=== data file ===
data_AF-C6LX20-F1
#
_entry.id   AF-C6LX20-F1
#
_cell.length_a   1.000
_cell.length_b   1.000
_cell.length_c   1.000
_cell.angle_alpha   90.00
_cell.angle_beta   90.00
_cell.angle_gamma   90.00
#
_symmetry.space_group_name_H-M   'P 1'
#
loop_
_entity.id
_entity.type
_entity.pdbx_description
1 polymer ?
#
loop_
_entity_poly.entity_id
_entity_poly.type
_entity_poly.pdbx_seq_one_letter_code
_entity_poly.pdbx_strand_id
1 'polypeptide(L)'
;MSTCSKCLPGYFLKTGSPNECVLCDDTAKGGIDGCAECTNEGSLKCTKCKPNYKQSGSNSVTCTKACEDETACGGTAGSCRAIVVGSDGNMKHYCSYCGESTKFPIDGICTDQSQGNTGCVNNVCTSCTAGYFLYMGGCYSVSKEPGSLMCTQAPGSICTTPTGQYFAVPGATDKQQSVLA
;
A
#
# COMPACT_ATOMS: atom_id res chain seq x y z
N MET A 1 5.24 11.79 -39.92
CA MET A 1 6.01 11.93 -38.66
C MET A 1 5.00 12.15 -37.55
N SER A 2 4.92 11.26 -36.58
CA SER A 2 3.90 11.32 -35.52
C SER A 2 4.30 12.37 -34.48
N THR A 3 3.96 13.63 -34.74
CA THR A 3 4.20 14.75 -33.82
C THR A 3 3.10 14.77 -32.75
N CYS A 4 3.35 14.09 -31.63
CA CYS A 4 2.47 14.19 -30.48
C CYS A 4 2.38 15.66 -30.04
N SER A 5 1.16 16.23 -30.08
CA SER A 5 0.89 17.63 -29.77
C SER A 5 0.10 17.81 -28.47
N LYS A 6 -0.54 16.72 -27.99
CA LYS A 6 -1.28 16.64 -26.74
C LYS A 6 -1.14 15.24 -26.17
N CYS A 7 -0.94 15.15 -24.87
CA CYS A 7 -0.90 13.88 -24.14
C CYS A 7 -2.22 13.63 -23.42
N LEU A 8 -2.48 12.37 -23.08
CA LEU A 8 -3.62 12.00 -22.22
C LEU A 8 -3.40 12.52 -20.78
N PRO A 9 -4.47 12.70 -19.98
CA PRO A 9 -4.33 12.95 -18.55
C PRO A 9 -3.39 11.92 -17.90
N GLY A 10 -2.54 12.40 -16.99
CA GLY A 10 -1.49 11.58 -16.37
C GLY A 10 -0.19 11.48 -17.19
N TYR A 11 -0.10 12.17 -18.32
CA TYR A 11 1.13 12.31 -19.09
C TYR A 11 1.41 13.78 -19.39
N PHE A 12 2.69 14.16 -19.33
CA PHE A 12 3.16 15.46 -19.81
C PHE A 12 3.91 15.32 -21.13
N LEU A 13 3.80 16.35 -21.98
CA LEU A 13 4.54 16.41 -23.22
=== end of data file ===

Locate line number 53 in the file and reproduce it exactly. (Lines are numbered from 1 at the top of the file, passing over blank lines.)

CA LEU A 8 -3.62 12.00 -22.22